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Stuart-



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PostSubject: Sartre Sat Dec 19, 2015 2:29 pm

On the potential benefit of reading Sartre's Being and Nothingness.

Below are some basic points that some people have difficulty with:

1. There are many cultural memes that attempt to sway us into actions that don't work towards our own empowerment, using fear and confusion.

2. Existence, which includes ourselves, is as it is, or changes as it changes.

3. We can't possibly know about existence what we don't yet know.

4. When there's the supposition that there is knowledge which we don't have which we should have, to take action regarding that supposition, in a way most personally empowering, is to take action towards obtaining that lacking knowledge, not by attempting to guess it.

Reading Sartre's Being and Nothingness may be particularly beneficial to a person: If he at least suspects 1 true, if he is at least willing to entertain that 2 is true, and if he assumes that if 3 is true then 4 is also true. Then conversely, one must at least be vague or skeptical about 3.
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Stuart-



Gender : Male Posts : 278
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PostSubject: Re: Sartre Sun Dec 20, 2015 1:47 am

Quote :
3. We can't possibly know about existence what we don't yet know.

Better stated one can't know what he doesn't except obviously in the temporal context, in which case he may later know what he doesn't now. Further explanation might help what may otherwise seem to simply be a tautology:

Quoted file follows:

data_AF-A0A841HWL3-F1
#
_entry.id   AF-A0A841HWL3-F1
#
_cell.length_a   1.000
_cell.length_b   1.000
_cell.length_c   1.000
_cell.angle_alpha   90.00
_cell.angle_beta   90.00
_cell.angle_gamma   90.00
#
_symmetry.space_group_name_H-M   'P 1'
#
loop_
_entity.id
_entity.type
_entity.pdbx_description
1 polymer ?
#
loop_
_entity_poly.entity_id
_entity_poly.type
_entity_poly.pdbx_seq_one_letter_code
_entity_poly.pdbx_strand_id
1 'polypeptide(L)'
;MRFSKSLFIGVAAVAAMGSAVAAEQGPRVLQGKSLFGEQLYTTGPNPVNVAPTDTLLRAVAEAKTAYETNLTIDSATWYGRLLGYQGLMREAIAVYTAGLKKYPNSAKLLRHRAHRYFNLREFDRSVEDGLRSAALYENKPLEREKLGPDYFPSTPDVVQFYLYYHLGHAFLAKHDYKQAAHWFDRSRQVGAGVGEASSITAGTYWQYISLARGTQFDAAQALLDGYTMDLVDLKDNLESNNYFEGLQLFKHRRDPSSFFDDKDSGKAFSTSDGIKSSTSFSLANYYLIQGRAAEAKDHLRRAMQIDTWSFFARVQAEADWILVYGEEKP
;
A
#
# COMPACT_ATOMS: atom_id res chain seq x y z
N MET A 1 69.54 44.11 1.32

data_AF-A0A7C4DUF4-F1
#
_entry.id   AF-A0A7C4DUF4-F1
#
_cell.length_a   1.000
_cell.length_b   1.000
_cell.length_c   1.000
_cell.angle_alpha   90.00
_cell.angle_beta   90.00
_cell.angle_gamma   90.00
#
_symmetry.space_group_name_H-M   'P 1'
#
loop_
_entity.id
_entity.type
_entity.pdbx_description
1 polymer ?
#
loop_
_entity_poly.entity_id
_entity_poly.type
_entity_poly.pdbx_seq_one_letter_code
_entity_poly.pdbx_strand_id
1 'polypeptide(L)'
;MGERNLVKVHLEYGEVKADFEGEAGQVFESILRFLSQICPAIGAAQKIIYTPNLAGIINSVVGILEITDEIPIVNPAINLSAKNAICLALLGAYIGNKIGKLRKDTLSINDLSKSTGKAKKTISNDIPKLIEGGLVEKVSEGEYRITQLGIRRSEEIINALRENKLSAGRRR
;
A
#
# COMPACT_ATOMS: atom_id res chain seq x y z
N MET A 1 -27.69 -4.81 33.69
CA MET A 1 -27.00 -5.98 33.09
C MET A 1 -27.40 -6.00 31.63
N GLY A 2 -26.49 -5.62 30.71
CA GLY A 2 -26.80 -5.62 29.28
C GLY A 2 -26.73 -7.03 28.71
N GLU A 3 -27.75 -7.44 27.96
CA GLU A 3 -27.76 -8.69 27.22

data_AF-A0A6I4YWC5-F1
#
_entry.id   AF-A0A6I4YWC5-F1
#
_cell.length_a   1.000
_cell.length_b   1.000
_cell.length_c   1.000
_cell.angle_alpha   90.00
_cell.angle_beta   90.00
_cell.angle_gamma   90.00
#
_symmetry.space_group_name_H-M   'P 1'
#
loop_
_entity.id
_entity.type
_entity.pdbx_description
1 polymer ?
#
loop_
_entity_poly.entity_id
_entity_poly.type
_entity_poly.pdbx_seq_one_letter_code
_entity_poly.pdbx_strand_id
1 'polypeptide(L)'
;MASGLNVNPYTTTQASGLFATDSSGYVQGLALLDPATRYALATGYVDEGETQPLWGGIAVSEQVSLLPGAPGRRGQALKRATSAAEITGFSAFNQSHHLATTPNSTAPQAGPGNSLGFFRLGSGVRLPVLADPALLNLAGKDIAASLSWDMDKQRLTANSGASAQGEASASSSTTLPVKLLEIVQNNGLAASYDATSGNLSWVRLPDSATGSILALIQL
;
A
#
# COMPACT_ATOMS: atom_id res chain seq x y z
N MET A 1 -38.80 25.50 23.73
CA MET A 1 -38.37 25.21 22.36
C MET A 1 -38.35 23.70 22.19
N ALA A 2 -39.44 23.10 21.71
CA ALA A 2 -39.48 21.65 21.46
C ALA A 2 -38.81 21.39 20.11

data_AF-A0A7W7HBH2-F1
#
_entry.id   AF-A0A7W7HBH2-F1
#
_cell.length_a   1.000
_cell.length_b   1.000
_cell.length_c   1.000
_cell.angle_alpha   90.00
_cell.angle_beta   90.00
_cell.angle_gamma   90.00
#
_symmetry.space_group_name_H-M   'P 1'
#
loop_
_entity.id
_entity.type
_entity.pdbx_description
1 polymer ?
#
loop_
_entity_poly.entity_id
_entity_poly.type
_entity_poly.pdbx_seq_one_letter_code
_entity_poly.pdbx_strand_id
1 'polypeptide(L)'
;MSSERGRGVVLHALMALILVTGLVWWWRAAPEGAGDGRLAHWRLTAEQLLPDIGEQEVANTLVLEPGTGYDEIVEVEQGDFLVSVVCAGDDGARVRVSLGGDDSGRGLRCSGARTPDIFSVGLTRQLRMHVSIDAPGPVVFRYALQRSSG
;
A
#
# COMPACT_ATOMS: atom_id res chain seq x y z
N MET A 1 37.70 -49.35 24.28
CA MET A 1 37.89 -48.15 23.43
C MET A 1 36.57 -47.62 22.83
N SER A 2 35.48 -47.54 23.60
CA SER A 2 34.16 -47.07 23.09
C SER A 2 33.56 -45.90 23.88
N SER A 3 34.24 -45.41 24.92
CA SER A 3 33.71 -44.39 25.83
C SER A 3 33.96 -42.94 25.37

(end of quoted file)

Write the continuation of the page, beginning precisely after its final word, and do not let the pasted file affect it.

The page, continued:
One must be free of something, freedom by itself is non-sense. Sartre doesn't necessarily make that fact explicit, but he does show how we're free from the perspective of others. When an other says something is so, even if he's being honest, he's still speaking from his perspective. One may not be free from the will of an other, a will that is intertwined that other's perspective, but one is free from that other's perspective. One doesn't know what an other knows, so to act on the claimed knowledge of an other is nonsense. One can only act on one's own knowledge, so when he thinks he's acting on an other's knowledge he's actually just acting on knowledge of his own. To call it second hand knowledge would be a redundancy being that all knowledge comes to us through a process of interactions.

One can make up his own fantasies, but not to give any one person too much credit, the fantasies created by an accumulation of people - culture, are far more extravagant, precise, or appealing to a mind seeking escape than what that mind can come up with in his own. Once a person realizes the simple fact that not only is it empowering to strive to think for himself, but - in the context of perspective as explained above - one can only think for himself, he may over time develop a less inaccurate view of reality.
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